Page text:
Inositol phosphates are a group of organic compounds found widely in the natural environment which are important in agriculture. They cannot be digested by some animals and as a result considerable research has been directed towards improving the digestibility of inositol phosphates in animal diets. Inositol phosphates are also abundant in soils and water bodies, yet a clear understanding of their behaviour in the environment remains elusive.
Written by leading experts, this book brings together critical reviews on inositol phosphates in agriculture, ecology, and the environment. The sixteen chapters cover a diverse range of topics, including the synthesis and hydrolysis of inositol phosphates, their role in animal nutrition, and their fate in soils and aquatic ecosystems.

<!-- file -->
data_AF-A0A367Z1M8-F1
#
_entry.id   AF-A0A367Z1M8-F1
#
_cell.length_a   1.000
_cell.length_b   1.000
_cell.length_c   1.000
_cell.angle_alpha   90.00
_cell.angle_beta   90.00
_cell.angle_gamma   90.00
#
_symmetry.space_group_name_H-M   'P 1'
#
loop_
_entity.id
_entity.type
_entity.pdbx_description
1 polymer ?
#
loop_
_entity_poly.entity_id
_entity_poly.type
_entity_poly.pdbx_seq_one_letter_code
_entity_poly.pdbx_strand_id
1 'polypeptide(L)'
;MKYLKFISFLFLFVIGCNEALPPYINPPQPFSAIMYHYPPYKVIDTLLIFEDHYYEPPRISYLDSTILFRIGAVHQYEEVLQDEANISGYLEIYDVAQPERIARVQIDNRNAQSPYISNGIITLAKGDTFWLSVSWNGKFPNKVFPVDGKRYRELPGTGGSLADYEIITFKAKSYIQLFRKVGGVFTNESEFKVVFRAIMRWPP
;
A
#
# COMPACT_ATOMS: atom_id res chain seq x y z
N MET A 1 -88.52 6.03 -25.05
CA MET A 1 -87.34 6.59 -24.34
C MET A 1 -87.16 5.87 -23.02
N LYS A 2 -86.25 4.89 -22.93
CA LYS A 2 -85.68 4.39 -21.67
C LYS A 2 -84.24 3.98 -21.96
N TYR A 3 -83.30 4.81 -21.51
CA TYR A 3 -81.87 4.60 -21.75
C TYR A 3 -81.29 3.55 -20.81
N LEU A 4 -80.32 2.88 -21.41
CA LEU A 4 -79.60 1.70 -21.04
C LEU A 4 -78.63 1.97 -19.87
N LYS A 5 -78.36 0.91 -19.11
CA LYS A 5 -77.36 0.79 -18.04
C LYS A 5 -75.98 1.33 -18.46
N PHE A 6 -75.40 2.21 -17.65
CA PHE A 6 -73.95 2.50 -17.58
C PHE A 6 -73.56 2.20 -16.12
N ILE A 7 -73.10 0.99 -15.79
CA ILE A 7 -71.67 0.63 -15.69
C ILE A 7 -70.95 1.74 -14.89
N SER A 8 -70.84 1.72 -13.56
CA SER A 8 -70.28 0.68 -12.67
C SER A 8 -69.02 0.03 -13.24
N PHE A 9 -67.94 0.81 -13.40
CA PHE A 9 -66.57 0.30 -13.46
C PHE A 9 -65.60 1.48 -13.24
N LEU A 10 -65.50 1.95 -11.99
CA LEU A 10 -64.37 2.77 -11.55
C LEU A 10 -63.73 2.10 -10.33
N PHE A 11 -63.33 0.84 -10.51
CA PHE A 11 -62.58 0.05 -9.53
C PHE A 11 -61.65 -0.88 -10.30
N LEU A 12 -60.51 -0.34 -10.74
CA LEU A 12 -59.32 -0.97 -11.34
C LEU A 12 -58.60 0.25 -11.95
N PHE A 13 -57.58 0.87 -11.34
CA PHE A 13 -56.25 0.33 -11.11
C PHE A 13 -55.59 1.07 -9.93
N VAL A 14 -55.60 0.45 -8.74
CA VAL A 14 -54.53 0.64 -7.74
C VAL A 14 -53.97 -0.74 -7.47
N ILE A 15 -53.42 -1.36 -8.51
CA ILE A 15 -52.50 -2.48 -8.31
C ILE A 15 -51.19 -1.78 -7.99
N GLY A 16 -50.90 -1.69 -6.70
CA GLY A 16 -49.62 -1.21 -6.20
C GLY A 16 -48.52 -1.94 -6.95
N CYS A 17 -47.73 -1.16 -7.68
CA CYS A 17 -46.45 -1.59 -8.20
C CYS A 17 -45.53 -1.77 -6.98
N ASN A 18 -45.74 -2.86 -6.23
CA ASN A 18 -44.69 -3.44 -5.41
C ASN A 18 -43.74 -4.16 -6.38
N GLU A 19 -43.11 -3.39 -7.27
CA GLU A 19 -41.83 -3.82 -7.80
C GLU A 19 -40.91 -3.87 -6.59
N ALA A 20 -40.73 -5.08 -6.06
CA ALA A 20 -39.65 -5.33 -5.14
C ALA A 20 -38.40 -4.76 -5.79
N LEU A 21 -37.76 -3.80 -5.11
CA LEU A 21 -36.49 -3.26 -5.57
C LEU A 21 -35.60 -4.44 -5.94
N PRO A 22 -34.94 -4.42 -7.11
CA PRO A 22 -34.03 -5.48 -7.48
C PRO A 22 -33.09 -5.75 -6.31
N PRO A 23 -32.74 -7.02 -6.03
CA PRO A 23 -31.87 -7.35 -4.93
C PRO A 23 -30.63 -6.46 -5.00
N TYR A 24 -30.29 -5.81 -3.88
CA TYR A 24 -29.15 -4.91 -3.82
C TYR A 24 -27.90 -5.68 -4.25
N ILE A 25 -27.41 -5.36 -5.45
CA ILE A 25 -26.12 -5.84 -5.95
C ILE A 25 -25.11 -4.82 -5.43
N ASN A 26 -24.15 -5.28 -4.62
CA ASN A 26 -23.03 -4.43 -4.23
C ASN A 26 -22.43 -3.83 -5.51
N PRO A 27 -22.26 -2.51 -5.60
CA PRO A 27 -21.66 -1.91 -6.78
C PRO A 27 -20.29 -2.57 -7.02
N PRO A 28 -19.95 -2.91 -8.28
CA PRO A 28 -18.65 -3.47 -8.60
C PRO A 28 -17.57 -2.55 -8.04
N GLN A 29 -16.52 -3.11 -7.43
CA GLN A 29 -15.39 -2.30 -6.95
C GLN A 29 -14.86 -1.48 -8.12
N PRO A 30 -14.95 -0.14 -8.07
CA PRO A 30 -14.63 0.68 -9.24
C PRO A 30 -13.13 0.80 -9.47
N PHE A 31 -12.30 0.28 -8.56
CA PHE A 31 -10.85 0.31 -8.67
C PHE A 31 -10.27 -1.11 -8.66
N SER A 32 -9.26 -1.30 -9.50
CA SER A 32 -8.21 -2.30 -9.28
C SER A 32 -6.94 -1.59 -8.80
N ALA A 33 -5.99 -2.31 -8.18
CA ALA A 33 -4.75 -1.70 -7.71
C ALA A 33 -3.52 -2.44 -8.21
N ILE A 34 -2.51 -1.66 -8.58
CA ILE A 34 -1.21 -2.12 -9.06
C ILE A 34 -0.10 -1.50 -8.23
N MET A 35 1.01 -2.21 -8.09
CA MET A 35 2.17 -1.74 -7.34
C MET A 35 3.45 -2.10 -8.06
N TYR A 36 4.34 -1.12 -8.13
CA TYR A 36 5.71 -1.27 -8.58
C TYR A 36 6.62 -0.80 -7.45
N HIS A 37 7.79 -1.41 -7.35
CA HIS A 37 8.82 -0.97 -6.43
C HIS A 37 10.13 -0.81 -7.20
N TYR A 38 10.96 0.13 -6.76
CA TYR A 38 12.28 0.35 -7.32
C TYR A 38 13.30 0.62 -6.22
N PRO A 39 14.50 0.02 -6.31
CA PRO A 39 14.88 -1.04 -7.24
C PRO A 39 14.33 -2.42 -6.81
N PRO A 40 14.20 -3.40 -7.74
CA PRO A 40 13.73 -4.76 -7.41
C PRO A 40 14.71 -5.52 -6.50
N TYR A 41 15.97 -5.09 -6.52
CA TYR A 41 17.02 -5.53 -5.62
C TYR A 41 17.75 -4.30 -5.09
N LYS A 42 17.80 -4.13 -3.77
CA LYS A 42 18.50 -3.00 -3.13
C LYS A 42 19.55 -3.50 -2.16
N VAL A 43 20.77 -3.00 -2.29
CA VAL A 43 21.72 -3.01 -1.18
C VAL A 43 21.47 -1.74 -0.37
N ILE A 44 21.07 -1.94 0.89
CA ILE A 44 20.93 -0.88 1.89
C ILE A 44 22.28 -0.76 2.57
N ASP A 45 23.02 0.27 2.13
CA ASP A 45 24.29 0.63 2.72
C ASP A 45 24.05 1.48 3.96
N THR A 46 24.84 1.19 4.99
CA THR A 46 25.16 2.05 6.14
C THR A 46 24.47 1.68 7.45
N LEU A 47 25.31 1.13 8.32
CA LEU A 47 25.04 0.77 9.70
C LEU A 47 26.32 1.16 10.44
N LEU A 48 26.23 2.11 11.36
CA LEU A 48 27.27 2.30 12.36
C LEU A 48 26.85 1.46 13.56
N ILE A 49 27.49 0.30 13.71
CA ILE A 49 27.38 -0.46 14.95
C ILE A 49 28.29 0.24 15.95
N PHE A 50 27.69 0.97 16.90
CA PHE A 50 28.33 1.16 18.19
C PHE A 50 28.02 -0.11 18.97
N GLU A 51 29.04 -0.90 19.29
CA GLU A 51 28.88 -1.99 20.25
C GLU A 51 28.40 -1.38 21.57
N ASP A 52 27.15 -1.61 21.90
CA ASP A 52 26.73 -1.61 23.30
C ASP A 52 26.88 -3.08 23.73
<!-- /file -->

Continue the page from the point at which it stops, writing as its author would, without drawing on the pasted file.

Nomenclature and terminology for the inositol phosphates, S B Shears, National Institute of Environmental Health Sciences, North Carolina, USA and B L Turner; Identification of inositol phosphates by nuclear magnetic resonance spectroscopy: unraveling structural diversity, P P N Murthy, Michigan Technological University, USA; High-performance chromatographic separations of inositol phosphates and their detection by mass spectrometry, W T Cooper, M Heerboth, and V J M Salters, all at Florida State University, USA; Origins and biochemical transformations of inositol stereoisomers and their phosphorylated derivatives in soil, M F L'Annunziata, The Montague Group, California, USA; Isolation and assessment of microorganisms that utilize phytate, J E Hill, Yale University, Connecticut and A E Richardson; Phytate-degrading enzymes: regulation of synthesis in microorganisms and plants, R Greiner, Federal Research Centre for Nutrition and Food, Centre for Molecular Biology, Germany; Phytases: attributes, catalytic mechanisms and applications, E J Mullaney and A H J Ullah, USDA, New Orleans, USA; Seed phosphorus and the development of low-phytate crops, V Raboy, USDA-ARS, Idaho, USA; Phytase and inositol phosphates in animal nutrition: dietary manipulation and phosphorus excretion by animals, X G Lei, Cornell University, New York, USA and J M Porres, Universidad de Granada, Spain; Environmental implications of inositol phosphates in animal manures, A B Leytem, USDA-ARS, Idaho, USA and R O Maguire, North Carolina State University, USA; Ligand effects on inositol phosphate solubility and bioavailability in animal manures, T H Dao, USDA-ARS, Maryland, USA; Inositol phosphates in soil: amounts, forms, and significance of the phosphorylated inositol stereoisomers, B L Turner; Abiotic reactions of inositol phosphates in soils, L Celi and E Barberis, both at University of Turin, Italy; Interactions between phytase and soil constituents: implications for the hydrolysis of inositol phosphates, T S George, R J Simpson and A E Richardson, all at CSIRO Plant Industry, Australia and H Quiquampoix, INRA-ENSAM, Montpellier, France; Plant utilization of inositol phosphates, A E Richardson, T S George, I Jakobsen, Riso National Laboratory, Roskilde, Denmark and R J Simpson, CSIRO Plant Industry, Australia; Inositol phosphates in aquatic systems, I McKelvie, Monash University, Victoria, Australia.
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